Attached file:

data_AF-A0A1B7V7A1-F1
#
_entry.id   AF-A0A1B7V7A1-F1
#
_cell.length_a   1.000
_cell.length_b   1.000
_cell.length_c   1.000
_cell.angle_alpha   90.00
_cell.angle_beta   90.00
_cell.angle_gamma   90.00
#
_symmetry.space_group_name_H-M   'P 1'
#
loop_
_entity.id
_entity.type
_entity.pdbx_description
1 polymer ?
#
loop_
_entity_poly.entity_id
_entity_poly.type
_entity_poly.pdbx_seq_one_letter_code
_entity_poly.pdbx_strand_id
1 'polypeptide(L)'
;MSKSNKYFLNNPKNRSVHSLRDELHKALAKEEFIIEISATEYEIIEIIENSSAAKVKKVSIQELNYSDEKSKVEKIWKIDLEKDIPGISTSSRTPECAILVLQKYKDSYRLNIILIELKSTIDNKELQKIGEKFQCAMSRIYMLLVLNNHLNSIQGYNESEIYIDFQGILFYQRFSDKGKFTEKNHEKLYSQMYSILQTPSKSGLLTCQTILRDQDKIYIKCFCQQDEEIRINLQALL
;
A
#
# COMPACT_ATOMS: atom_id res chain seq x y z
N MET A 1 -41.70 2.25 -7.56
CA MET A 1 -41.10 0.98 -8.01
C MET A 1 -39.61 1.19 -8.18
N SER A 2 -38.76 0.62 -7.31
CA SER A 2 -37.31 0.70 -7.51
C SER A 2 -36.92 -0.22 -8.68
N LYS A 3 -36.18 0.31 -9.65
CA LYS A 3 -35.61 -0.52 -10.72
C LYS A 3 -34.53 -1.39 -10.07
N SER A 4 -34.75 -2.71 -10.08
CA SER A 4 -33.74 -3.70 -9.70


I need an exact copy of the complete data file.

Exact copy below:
data_AF-A0A1B7V7A1-F1
#
_entry.id   AF-A0A1B7V7A1-F1
#
_cell.length_a   1.000
_cell.length_b   1.000
_cell.length_c   1.000
_cell.angle_alpha   90.00
_cell.angle_beta   90.00
_cell.angle_gamma   90.00
#
_symmetry.space_group_name_H-M   'P 1'
#
loop_
_entity.id
_entity.type
_entity.pdbx_description
1 polymer ?
#
loop_
_entity_poly.entity_id
_entity_poly.type
_entity_poly.pdbx_seq_one_letter_code
_entity_poly.pdbx_strand_id
1 'polypeptide(L)'
;MSKSNKYFLNNPKNRSVHSLRDELHKALAKEEFIIEISATEYEIIEIIENSSAAKVKKVSIQELNYSDEKSKVEKIWKIDLEKDIPGISTSSRTPECAILVLQKYKDSYRLNIILIELKSTIDNKELQKIGEKFQCAMSRIYMLLVLNNHLNSIQGYNESEIYIDFQGILFYQRFSDKGKFTEKNHEKLYSQMYSILQTPSKSGLLTCQTILRDQDKIYIKCFCQQDEEIRINLQALL
;
A
#
# COMPACT_ATOMS: atom_id res chain seq x y z
N MET A 1 -41.70 2.25 -7.56
CA MET A 1 -41.10 0.98 -8.01
C MET A 1 -39.61 1.19 -8.18
N SER A 2 -38.76 0.62 -7.31
CA SER A 2 -37.31 0.70 -7.51
C SER A 2 -36.92 -0.22 -8.68
N LYS A 3 -36.18 0.31 -9.65
CA LYS A 3 -35.61 -0.52 -10.72
C LYS A 3 -34.53 -1.39 -10.07
N SER A 4 -34.75 -2.71 -10.08
CA SER A 4 -33.74 -3.70 -9.70